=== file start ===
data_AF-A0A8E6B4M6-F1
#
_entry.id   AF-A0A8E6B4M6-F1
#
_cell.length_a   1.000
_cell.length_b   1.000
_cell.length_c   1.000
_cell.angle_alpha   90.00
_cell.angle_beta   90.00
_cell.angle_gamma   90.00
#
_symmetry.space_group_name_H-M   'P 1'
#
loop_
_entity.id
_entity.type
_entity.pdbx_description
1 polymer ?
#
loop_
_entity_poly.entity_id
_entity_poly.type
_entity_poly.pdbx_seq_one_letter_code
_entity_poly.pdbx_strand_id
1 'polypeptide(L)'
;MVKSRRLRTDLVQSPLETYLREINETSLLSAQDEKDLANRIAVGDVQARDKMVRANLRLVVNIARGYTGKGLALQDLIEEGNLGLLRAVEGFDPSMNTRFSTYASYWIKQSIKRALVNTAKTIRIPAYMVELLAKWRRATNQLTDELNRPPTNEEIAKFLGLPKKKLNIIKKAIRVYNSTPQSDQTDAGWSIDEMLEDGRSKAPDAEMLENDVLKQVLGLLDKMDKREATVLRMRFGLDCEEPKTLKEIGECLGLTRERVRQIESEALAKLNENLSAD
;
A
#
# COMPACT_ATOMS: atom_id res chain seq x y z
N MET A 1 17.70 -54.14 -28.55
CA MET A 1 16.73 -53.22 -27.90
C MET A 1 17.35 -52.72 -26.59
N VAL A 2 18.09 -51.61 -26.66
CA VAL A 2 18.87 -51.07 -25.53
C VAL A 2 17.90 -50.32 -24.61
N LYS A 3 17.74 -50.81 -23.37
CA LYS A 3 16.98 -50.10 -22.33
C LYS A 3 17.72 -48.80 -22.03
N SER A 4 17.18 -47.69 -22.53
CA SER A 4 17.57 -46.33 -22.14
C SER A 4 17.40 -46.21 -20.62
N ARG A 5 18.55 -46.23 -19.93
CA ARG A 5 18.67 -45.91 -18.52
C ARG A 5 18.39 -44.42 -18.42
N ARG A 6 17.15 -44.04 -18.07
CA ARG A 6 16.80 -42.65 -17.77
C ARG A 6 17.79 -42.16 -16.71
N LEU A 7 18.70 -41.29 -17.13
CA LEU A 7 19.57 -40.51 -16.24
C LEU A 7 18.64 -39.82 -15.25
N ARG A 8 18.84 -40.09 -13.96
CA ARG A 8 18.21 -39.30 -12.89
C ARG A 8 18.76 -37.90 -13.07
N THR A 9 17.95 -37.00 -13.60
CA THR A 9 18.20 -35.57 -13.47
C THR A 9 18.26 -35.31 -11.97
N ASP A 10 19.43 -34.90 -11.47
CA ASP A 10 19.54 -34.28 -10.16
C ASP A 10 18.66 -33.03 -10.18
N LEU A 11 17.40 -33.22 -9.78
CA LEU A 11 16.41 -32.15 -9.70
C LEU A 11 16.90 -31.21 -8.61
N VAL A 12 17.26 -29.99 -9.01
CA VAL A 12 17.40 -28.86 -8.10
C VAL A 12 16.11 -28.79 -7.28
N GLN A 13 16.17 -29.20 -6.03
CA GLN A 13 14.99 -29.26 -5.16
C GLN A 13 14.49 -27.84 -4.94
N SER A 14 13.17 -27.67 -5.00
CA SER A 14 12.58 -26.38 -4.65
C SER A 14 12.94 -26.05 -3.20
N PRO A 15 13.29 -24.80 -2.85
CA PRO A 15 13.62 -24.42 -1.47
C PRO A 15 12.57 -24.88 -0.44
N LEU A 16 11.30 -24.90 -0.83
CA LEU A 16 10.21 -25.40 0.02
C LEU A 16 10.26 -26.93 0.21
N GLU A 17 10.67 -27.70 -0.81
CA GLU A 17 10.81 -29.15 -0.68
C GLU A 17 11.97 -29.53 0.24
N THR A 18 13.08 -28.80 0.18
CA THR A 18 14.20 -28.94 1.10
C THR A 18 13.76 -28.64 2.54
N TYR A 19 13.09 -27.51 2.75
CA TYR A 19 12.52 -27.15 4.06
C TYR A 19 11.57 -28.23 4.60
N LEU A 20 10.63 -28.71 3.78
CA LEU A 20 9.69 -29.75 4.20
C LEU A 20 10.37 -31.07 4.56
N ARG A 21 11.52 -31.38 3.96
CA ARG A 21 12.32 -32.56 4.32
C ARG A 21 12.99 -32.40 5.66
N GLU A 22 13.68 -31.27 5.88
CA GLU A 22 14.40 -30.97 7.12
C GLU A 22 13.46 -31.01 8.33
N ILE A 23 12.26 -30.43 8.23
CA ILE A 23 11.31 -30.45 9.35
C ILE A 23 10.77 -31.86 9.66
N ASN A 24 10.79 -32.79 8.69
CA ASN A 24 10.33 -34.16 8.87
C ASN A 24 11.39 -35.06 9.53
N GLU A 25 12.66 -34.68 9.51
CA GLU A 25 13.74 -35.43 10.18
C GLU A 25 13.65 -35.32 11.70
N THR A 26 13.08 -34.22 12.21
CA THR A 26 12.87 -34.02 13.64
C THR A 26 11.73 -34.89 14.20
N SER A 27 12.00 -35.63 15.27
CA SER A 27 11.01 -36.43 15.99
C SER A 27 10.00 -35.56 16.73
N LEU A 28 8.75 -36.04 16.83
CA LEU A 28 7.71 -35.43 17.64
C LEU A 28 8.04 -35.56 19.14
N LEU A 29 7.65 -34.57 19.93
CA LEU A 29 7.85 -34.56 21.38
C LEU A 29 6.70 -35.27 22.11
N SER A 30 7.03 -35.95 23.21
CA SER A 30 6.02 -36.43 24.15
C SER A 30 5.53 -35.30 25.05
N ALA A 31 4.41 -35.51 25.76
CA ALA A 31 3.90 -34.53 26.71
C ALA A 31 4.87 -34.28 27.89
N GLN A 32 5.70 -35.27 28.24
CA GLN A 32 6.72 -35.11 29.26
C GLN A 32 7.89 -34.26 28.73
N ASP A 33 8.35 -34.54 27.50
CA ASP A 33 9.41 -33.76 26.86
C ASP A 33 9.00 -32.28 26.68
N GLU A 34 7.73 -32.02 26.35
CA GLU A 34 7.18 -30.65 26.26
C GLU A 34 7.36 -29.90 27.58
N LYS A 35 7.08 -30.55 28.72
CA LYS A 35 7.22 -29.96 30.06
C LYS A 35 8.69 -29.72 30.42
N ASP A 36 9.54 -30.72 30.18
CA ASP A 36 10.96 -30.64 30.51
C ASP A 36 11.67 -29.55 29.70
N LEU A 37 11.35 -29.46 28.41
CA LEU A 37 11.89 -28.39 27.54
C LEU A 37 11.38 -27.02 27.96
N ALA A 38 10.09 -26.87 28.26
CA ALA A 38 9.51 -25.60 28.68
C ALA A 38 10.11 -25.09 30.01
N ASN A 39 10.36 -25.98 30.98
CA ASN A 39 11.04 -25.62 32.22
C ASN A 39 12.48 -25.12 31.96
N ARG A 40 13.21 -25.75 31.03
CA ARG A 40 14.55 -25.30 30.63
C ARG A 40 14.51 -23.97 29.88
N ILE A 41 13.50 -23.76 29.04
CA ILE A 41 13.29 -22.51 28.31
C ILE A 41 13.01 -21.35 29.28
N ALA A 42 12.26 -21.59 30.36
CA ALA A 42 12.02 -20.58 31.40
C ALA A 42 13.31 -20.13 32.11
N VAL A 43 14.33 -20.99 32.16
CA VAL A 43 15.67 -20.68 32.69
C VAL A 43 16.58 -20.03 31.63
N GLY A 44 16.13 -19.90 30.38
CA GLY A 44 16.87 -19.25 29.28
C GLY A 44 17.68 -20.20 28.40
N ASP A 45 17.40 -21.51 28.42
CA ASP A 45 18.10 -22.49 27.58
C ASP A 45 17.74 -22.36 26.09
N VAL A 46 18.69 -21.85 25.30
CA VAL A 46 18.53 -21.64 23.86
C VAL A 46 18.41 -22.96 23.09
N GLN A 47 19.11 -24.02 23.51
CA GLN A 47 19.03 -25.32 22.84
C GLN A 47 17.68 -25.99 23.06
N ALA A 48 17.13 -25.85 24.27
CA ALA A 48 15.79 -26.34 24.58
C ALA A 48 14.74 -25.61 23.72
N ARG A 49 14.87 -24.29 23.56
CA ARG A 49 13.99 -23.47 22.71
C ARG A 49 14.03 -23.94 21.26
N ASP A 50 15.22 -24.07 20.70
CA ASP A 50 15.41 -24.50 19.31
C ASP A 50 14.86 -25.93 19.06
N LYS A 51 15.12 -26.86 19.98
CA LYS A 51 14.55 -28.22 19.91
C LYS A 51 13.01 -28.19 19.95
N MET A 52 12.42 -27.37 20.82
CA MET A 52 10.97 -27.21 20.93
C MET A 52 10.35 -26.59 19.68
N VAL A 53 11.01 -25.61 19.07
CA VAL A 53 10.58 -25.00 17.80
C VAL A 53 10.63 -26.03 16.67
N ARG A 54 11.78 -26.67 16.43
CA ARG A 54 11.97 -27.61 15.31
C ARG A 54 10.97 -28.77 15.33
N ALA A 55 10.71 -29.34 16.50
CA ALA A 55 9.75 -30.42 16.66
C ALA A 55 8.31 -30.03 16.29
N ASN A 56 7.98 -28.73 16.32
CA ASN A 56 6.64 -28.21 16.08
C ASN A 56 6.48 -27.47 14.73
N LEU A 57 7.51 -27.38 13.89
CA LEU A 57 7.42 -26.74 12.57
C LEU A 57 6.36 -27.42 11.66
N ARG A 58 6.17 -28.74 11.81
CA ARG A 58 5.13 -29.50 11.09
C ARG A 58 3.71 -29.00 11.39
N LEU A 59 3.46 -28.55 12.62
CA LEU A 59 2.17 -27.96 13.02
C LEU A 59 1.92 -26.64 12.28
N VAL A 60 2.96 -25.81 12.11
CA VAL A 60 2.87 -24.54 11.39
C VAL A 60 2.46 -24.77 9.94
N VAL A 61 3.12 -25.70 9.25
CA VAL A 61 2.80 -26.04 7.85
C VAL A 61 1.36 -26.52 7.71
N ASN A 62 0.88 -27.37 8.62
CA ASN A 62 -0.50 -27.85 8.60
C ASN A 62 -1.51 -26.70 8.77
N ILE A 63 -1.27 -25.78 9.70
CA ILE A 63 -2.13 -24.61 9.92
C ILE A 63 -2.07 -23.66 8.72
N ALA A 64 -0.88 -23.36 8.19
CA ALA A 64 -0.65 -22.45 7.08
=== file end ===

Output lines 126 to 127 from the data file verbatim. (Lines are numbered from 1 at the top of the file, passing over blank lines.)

C GLN A 32 7.89 -34.26 28.73
N ASP A 33 8.35 -34.54 27.50